Home>Discussions>DOORS & WINDOWS>Managing an uneven window rough opening?
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jpsmithny
Re: Managing an uneven window rough opening?

Looks to me like he didn't even install these correctly.

There seem to be big gaps around the edges looking at the outside.

And am I seeing the foam gasket around the edges?

In any case ,I know I'm seeing the expanding foam spray in one of the pics.

Fenster
Re: Managing an uneven window rough opening?

Thanks to all for the comments/suggestions.

Well, the contractor now understands that I am not happy with the current replacement windows and willing to pay to redo them. I just want to be sure that the 2nd time around we get better results.

He now recommends using wooden pocket windows which will supposedly give me an additional 2.5" of light (1.25 inches on each side). We will also install some interior trim so the jamb extensions aren't so noticeable.

Do these sound like reasonable fixes? Are there better ones?

Also, I didn't mention that I'm in a historic district so can't alter the exterior of the windows.

Fenster
Re: Managing an uneven window rough opening?
jpsmithny wrote:

Looks to me like he didn't even install these correctly.

There seem to be big gaps around the edges looking at the outside.

And am I seeing the foam gasket around the edges?

In any case ,I know I'm seeing the expanding foam spray in one of the pics.

Yes, I wondered about that yellow foam spray. Is that supposed to be invisible? As you can tell from my questions I am pretty clueless about this stuff, and I figured they were going to clean it up after...

Fenster
Re: Managing an uneven window rough opening?
Mastercarpentry wrote:

Two is that an experienced contractor would have noticed the stepped jamb, explained the options, and helped you choose- then he would have done the measuring to match that choice (even if you told him to measure differently)
Phil

And shouldn't our architect have picked up on this?!! Even when I called her to come and see how weird the replacement windows look she didn't figure out that it was a "stepped jamb" and thought the entire problem was due to mywanting to save the exterior trim...

Fenster
Re: Managing an uneven window rough opening?
Mastercarpentry wrote:

IMHO he's in over his head to not understand the need to maintain the original elegant trimwork including the reveal dimensions. He chose 'the easy way' in leaving the old frame and dropping in replacement style windows.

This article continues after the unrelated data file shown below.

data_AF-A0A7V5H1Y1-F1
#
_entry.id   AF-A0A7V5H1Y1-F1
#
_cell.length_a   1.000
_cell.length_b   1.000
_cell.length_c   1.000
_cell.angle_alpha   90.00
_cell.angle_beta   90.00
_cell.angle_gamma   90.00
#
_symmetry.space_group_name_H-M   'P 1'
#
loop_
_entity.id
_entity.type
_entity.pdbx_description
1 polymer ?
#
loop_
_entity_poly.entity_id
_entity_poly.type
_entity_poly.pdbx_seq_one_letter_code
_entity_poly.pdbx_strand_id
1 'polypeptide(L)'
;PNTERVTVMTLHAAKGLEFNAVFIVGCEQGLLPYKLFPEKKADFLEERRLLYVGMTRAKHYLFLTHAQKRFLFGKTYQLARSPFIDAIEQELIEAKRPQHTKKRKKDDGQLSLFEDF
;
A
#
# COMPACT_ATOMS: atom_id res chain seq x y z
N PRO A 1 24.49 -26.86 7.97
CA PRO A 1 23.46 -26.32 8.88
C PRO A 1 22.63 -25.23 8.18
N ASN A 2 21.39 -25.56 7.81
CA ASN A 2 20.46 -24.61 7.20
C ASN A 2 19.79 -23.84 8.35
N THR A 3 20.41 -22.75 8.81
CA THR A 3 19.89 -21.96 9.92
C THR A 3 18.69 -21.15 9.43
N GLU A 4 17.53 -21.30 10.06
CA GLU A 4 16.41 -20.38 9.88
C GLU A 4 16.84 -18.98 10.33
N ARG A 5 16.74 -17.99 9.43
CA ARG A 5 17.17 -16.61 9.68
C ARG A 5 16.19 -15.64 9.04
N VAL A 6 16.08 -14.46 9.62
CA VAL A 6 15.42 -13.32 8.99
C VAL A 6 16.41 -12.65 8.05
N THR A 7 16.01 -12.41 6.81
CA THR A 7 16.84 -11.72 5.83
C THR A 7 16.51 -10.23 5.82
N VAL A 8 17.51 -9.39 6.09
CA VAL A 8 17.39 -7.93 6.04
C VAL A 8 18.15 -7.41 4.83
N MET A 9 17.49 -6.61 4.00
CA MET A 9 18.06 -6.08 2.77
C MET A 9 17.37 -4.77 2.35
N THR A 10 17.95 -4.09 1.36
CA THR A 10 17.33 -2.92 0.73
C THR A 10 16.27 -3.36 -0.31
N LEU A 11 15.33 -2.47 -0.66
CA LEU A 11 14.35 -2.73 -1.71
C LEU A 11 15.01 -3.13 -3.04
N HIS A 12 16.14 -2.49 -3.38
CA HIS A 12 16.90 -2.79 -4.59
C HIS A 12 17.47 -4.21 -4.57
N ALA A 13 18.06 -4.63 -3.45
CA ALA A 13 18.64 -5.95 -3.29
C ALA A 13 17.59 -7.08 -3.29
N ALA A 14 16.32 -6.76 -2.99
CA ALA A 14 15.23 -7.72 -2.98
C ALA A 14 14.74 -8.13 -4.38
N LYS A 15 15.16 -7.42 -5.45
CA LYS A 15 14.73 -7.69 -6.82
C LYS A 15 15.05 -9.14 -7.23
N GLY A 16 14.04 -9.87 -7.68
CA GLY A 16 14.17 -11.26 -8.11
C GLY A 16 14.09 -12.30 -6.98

Phil

Phil, what are the "reveal dimensions'? Is that the actual size of the glass in the windows? How exactly do you maintain it when you are dealing with a stepped jamb? If it entails custom building the windows, I don't think I have the right contractor (or the budget) to do that...

JLMCDANIEL
Re: Managing an uneven window rough opening?

Fenster you had custom sized windows installed, they were made to fit. Your problem is that you hired a "window installer" who didn't know his a** from a hole in the ground. Any competent contractor could have fitted the windows properly, even if they had to remove and reinstall the trim. They may have even been able to just install new jamb liners and sashes.

Jack

Mastercarpentry
Re: Managing an uneven window rough opening?
Fenster wrote:

Phil, what are the "reveal dimensions'? Is that the actual size of the glass in the windows? How exactly do you maintain it when you are dealing with a stepped jamb? If it entails custom building the windows, I don't think I have the right contractor (or the budget) to do that...

What I am speaking of is the distance between the glass and the edges of the opening. With replacement windows you won't match the originals exactly, but someone could do better than this. Different window manufacturers have different minimum dimensions and a good contractor would know to not just take what the local guy offered unless it was a much closer match.

Phil

Mastercarpentry
Re: Managing an uneven window rough opening?
Fenster wrote:

And shouldn't our architect have picked up on this?!! Even when I called her to come and see how weird the replacement windows look she didn't figure out that it was a "stepped jamb" and thought the entire problem was due to my wanting to save the exterior trim...

That architect needs to be placed on the working end of a shovel till they can learn something obvious to anyone with more than two working brain cells: You're darn tooting that you wanted to save the exterior trim- what part of "Historical District" and "No exterior changes" did you not understand when this project began? Sheesh, I feel for ya man.....

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